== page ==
If, in the midst of this incompleteness of material, I have ventured to make this translation, it is only as a bumble contribution to the study of an author whose importance is now being realised and to the understanding of whose ideas others are also making contributions.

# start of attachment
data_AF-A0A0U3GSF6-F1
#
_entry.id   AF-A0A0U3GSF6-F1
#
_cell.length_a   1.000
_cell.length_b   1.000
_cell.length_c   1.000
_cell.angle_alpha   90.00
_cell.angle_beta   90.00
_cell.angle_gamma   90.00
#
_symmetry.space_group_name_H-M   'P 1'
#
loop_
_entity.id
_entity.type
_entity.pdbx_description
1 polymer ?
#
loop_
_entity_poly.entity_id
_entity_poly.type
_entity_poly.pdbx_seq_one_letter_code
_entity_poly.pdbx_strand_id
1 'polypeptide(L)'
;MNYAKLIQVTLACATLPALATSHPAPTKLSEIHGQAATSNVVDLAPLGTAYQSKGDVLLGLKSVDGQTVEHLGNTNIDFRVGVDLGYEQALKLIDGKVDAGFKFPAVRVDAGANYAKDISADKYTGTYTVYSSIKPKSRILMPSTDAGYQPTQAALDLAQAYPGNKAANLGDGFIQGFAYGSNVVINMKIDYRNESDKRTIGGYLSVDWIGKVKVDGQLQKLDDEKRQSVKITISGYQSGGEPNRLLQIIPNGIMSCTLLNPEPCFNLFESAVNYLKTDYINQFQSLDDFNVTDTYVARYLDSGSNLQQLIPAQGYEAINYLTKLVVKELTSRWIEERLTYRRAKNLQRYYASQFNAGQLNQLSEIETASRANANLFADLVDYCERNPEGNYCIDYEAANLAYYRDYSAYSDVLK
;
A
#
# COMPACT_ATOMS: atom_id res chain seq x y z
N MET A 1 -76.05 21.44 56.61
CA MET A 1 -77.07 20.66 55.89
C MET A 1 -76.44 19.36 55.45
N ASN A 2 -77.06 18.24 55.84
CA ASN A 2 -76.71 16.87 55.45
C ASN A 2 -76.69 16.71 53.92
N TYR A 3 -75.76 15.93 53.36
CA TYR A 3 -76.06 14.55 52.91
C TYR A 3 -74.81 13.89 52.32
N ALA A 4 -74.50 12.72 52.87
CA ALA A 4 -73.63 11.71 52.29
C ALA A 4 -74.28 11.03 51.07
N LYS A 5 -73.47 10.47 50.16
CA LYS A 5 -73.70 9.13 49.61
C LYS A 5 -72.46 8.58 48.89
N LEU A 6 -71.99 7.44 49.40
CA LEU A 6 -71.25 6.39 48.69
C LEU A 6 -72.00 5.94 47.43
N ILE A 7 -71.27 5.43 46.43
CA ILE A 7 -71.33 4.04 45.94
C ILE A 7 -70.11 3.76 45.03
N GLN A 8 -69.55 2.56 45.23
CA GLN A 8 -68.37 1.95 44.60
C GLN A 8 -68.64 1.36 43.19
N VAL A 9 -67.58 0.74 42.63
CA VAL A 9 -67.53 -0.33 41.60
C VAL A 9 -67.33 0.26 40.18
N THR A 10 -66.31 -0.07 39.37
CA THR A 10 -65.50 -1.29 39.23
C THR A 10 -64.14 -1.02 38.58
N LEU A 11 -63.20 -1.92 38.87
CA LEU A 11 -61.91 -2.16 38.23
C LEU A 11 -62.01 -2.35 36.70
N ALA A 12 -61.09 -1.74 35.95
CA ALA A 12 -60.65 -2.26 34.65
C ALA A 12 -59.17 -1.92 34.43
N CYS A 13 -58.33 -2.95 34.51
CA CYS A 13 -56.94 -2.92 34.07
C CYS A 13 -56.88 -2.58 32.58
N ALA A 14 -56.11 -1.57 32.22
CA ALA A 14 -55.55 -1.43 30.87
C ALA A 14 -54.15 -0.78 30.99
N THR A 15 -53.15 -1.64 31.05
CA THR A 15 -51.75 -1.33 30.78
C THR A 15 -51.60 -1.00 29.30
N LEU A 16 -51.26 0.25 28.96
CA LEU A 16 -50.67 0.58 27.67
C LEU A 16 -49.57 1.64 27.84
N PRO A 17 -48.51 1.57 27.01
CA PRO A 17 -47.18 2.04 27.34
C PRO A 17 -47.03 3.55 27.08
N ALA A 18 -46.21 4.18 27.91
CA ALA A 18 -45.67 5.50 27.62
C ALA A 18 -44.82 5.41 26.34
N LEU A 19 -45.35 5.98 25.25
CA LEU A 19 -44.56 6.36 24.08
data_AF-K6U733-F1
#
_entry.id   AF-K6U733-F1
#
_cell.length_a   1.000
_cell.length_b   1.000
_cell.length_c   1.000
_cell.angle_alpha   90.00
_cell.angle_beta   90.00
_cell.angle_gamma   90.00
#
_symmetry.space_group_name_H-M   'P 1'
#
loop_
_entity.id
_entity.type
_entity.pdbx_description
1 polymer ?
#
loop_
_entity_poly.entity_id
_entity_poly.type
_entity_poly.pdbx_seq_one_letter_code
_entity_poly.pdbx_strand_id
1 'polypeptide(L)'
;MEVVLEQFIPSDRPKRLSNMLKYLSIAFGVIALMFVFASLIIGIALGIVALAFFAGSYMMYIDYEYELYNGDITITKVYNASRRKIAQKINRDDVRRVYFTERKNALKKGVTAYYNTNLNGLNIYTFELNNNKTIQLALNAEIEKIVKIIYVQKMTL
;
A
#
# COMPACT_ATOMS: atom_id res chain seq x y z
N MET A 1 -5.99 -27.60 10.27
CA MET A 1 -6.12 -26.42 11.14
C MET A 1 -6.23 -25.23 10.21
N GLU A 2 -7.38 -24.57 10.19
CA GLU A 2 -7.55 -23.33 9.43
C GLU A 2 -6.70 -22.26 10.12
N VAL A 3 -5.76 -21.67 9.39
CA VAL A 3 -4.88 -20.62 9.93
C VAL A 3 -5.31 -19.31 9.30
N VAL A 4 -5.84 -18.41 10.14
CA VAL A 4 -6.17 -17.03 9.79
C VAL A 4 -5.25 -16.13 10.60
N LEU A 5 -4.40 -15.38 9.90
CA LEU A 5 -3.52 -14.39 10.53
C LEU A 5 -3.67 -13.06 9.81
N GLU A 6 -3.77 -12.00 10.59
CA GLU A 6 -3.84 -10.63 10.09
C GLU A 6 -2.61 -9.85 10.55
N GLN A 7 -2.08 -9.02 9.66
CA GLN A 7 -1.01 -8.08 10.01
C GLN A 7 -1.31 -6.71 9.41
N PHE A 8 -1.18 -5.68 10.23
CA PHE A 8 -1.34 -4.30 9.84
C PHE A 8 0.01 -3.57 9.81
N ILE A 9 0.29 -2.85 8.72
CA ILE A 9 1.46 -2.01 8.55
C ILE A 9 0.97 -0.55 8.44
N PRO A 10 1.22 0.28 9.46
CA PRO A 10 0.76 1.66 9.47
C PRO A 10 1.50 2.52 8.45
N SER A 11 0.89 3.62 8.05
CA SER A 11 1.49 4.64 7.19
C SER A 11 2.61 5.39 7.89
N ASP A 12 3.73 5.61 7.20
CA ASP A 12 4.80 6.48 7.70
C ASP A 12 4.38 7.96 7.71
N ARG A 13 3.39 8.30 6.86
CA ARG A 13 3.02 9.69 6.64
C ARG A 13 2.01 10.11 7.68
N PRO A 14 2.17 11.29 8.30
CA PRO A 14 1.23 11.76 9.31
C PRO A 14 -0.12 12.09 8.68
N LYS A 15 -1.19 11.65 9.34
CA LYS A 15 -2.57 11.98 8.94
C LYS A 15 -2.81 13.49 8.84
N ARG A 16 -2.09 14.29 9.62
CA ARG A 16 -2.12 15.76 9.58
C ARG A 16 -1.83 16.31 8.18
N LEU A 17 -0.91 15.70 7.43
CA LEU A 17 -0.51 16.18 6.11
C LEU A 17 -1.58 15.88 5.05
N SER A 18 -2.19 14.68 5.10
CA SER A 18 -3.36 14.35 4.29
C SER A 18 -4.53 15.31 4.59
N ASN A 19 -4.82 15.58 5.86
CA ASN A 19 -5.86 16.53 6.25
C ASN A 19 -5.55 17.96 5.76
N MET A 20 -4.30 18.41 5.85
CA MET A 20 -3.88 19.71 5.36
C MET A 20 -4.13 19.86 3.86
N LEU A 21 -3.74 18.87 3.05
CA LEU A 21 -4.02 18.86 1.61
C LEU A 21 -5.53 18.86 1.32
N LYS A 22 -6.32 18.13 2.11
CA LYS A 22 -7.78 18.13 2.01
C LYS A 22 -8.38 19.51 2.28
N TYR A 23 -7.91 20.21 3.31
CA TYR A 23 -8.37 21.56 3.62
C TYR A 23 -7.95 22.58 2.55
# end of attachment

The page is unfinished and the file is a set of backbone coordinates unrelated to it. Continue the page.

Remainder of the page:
It is well known that ancient Sanskrit works written in the form of sütras or kãrikãs require a commentary for their understanding, written preferably by the author himself, or at least by one close to him and very familiar with the traditions under the influence of which be himself wrote. Mammata’s Kãvyapraka, Anandavaldhana’s Dhvanyaloka, Utpalacarya’s Pratyabhijnakarikas are examples of kãrikã works for which the author’s own Vrttis are available. It is, therefore, a matter of good fortune that, at least for the first kanda of the Vkyapadiyam, we have this ancient commentary called Vrtti in a complete form. Whether it is by the author himself will be discussed here later. It is correspondingly very regrettable that, for the second kanda, this commentary is available only with many gaps, some of which are long ones.